Lower-layer soil moisture was below average for areas of New South Wales between the central coast and Tablelands, reaching just into Queensland's Darling Downs, scattered small pockets of Queensland, along the west coast of Tasmania, and in areas of Western Australia mostly around the Goldfields District and inland Pilbara.

  • December rainfall above to very much above average for eastern and northern Victoria, southern New South Wales, eastern Tasmania, much of southern South Australia, along the west coast of Western Australia and from the western Kimberley to central Western Australia
  • Rainfall during December below average for much of the Northern Territory and Queensland
  • Serious to severe rainfall deficiencies remain at the 7-month timescale in the Pilbara in Western Australia, and small areas of eastern Australia, particularly in central eastern New South Wales and the east coast of Tasmania
  • Serious to severe rainfall deficiencies are evident at the 10-month timescale near the west coast of Western Australia, and areas of central and western Queensland
  • Lower-layer soil moisture was below average for December in most of Queensland, the eastern Top End, parts of northeastern New South Wales, and much of Tasmania

Product code: IDCKGD0AR0


Soil moisture data is from the Bureau's Australian Water Resources Assessment Landscape (AWRA-L) model, developed through the Water Information Research and Development Alliance between the Bureau and CSIRO.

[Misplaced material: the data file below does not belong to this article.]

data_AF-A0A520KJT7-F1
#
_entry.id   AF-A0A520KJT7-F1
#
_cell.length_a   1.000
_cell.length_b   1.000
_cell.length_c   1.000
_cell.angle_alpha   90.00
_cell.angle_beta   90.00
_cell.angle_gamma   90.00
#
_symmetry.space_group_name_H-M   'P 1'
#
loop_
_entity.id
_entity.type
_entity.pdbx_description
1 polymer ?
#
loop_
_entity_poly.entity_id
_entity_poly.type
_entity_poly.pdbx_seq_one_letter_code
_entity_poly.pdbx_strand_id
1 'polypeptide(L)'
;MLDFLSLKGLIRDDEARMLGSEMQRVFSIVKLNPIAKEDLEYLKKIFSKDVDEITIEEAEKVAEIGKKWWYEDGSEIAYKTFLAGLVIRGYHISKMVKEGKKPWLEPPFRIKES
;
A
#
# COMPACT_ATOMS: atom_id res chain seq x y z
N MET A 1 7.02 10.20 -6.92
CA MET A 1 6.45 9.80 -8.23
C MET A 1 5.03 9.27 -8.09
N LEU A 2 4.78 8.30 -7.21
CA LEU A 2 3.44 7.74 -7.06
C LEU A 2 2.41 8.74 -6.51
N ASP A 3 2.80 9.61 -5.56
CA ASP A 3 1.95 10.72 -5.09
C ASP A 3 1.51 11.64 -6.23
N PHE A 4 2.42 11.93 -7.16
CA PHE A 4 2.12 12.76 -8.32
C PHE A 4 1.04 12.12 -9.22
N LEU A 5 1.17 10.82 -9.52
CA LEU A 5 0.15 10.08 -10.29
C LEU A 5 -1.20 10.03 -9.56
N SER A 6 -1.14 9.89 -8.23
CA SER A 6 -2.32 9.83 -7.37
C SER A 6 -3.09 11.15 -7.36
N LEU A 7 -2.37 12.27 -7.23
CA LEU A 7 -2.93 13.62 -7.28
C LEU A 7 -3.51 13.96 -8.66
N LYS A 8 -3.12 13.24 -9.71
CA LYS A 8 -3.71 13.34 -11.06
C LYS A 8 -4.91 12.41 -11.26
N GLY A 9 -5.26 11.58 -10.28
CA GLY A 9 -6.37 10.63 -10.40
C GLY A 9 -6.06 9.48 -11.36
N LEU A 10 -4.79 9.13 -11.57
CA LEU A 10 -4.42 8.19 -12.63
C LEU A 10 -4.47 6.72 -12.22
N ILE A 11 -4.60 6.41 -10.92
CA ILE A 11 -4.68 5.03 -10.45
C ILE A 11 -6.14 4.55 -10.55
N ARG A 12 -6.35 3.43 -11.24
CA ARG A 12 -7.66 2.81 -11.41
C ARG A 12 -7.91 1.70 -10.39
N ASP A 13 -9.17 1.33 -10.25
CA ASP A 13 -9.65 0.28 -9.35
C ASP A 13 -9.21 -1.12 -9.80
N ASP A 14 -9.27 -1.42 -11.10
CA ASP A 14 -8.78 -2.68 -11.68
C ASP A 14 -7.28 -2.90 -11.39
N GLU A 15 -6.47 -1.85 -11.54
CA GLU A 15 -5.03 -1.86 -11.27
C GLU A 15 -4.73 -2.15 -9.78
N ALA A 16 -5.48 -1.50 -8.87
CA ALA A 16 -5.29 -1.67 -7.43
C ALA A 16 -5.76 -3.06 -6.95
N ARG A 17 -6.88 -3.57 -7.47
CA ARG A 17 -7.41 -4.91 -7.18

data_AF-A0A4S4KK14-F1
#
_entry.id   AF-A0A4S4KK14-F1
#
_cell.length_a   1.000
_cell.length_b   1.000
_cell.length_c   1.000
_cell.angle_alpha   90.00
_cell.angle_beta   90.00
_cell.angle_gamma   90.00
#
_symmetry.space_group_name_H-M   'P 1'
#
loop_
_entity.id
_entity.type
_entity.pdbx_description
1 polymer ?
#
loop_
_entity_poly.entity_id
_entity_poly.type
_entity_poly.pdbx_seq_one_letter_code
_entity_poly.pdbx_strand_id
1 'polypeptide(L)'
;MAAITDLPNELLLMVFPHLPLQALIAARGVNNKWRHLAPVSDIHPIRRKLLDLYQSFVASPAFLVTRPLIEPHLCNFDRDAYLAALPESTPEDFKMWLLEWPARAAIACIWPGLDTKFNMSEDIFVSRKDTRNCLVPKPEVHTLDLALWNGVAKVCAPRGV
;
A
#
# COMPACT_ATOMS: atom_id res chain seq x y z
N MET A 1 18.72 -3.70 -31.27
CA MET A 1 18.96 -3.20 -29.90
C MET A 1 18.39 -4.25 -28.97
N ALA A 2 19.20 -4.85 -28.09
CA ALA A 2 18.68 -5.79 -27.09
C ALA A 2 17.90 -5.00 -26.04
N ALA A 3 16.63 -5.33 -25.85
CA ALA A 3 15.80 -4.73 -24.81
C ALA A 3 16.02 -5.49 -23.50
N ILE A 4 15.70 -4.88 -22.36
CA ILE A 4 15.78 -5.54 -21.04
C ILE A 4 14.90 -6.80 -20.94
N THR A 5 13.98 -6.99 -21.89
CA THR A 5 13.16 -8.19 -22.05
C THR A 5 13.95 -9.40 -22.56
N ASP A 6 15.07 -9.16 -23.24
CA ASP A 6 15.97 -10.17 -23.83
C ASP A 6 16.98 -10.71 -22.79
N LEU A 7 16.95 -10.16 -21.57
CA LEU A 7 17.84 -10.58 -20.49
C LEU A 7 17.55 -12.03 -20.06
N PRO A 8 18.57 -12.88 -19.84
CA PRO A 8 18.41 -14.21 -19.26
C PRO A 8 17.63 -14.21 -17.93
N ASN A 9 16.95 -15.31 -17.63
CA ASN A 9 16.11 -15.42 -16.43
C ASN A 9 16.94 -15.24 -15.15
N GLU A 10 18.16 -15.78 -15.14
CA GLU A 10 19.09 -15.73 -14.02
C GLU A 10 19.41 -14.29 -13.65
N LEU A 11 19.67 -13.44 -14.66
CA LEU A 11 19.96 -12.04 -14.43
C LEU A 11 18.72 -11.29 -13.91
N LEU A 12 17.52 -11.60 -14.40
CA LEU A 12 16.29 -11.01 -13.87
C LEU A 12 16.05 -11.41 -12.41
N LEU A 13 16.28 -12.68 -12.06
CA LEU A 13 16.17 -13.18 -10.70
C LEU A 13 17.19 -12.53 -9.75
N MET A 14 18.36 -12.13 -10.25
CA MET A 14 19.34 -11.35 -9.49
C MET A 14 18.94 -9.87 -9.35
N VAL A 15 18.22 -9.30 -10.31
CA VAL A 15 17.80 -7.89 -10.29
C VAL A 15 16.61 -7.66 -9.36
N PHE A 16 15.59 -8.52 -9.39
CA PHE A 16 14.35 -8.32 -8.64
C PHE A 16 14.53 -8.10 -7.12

See: Australian Landscape Water Balance.

This section displays rainfall maps. Current drought status is described in the previous section. For historical drought status statements, go to archive of drought statements

Also available at Maps – recent conditions

What is drought?

Drought is a prolonged, abnormally dry period when the amount of available water is insufficient to meet our normal use. Drought is not simply low rainfall; if it was, much of inland Australia would be in almost perpetual drought. Because people use water in so many different ways, there is no universal definition of drought. Meteorologists monitor the extent and severity of drought in terms of rainfall deficiencies. Agriculturalists rate the impact on primary industries, hydrologists compare ground water levels, and sociologists define it by social expectations and perceptions.

It is generally difficult to compare one drought to another, since each drought differs in the seasonality, location, spatial extent and duration of the associated rainfall deficiencies. Additionally, each drought is accompanied by varying temperatures and soil moisture deficits.

Rainfall averages, variability and trends

Median rainfall map, links to climate average maps An area experiences a rainfall deficit when the total rain received is less than the average rainfall for that period.

Definitions

Definitions

Lowest on record - lowest since at least 1900 when the data analysed begin.
Severe deficiency - rainfalls in the lowest 5% of historical totals.
Serious deficiency - rainfalls in the lowest 10% of historical totals, but not in the lowest 5%.

Very much below average - rainfalls in the lowest 10% of historical totals.
Below average - rainfalls in the lowest 30% of historical totals, but not in the lowest 10%.
Average - rainfalls in the middle 40% of historical totals.
Above average - rainfalls in the highest 30% of historical totals, but not in the highest 10%.
Very much above average - rainfalls in the highest 10% of historical totals.

Australian Government drought assistance

Department of Agriculture and Water Resources information and contacts: